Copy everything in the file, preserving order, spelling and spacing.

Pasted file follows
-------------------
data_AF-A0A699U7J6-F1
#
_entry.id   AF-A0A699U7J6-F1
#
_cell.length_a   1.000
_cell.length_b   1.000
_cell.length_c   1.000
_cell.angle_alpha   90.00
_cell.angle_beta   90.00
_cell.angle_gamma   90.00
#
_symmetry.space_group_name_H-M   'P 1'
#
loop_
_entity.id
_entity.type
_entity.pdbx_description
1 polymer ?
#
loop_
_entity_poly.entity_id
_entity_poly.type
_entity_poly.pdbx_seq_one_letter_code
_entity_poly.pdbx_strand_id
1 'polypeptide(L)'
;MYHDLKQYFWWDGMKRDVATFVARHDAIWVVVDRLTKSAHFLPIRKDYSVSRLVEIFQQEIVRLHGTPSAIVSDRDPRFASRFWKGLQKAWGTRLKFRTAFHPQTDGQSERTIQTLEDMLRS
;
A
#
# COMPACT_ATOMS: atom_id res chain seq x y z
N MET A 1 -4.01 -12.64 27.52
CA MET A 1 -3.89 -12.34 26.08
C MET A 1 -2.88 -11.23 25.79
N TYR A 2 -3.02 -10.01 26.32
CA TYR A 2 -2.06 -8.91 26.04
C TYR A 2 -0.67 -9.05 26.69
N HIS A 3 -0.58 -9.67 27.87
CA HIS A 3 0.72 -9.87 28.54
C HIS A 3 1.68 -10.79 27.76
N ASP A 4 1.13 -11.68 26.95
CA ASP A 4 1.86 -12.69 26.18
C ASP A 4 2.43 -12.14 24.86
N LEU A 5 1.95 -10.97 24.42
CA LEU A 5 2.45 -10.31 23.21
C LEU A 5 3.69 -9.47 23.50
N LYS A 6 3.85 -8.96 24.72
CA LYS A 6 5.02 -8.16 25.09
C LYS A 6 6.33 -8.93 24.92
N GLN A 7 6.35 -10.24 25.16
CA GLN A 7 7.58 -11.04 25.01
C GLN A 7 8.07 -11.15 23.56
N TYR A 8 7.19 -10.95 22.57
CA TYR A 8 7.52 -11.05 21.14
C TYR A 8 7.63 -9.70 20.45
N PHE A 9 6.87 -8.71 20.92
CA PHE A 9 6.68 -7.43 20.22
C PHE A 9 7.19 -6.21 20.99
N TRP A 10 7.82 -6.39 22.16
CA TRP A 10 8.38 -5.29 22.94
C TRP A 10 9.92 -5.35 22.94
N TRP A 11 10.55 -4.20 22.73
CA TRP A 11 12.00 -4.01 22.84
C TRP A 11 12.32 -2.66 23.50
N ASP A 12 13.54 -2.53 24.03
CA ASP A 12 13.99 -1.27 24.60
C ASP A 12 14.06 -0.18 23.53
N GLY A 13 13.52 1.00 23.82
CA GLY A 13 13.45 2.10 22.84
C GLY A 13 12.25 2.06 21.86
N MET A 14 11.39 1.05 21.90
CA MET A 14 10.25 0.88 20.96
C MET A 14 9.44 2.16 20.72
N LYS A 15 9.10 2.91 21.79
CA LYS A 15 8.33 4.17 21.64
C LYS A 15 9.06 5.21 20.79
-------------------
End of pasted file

data_AF-A0A699U7J6-F1
#
_entry.id   AF-A0A699U7J6-F1
#
_cell.length_a   1.000
_cell.length_b   1.000
_cell.length_c   1.000
_cell.angle_alpha   90.00
_cell.angle_beta   90.00
_cell.angle_gamma   90.00
#
_symmetry.space_group_name_H-M   'P 1'
#
loop_
_entity.id
_entity.type
_entity.pdbx_description
1 polymer ?
#
loop_
_entity_poly.entity_id
_entity_poly.type
_entity_poly.pdbx_seq_one_letter_code
_entity_poly.pdbx_strand_id
1 'polypeptide(L)'
;MYHDLKQYFWWDGMKRDVATFVARHDAIWVVVDRLTKSAHFLPIRKDYSVSRLVEIFQQEIVRLHGTPSAIVSDRDPRFASRFWKGLQKAWGTRLKFRTAFHPQTDGQSERTIQTLEDMLRS
;
A
#
# COMPACT_ATOMS: atom_id res chain seq x y z
N MET A 1 -4.01 -12.64 27.52
CA MET A 1 -3.89 -12.34 26.08
C MET A 1 -2.88 -11.23 25.79
N TYR A 2 -3.02 -10.01 26.32
CA TYR A 2 -2.06 -8.91 26.04
C TYR A 2 -0.67 -9.05 26.69
N HIS A 3 -0.58 -9.67 27.87
CA HIS A 3 0.72 -9.87 28.54
C HIS A 3 1.68 -10.79 27.76
N ASP A 4 1.13 -11.68 26.95
CA ASP A 4 1.86 -12.69 26.18
C ASP A 4 2.43 -12.14 24.86
N LEU A 5 1.95 -10.97 24.42
CA LEU A 5 2.45 -10.31 23.21
C LEU A 5 3.69 -9.47 23.50
N LYS A 6 3.85 -8.96 24.72
CA LYS A 6 5.02 -8.16 25.09
C LYS A 6 6.33 -8.93 24.92
N GLN A 7 6.35 -10.24 25.16
CA GLN A 7 7.58 -11.04 25.01
C GLN A 7 8.07 -11.15 23.56
N TYR A 8 7.19 -10.95 22.57
CA TYR A 8 7.52 -11.05 21.14
C TYR A 8 7.63 -9.70 20.45
N PHE A 9 6.87 -8.71 20.92
CA PHE A 9 6.68 -7.43 20.22
C PHE A 9 7.19 -6.21 20.99
N TRP A 10 7.82 -6.39 22.16
CA TRP A 10 8.38 -5.29 22.94
C TRP A 10 9.92 -5.35 22.94
N TRP A 11 10.55 -4.20 22.73
CA TRP A 11 12.00 -4.01 22.84
C TRP A 11 12.32 -2.66 23.50
N ASP A 12 13.54 -2.53 24.03
CA ASP A 12 13.99 -1.27 24.60
C ASP A 12 14.06 -0.18 23.53
N GLY A 13 13.52 1.00 23.82
CA GLY A 13 13.45 2.10 22.84
C GLY A 13 12.25 2.06 21.86
N MET A 14 11.39 1.05 21.90
CA MET A 14 10.25 0.88 20.96
C MET A 14 9.44 2.16 20.72
N LYS A 15 9.10 2.91 21.79
CA LYS A 15 8.33 4.17 21.64
C LYS A 15 9.06 5.21 20.79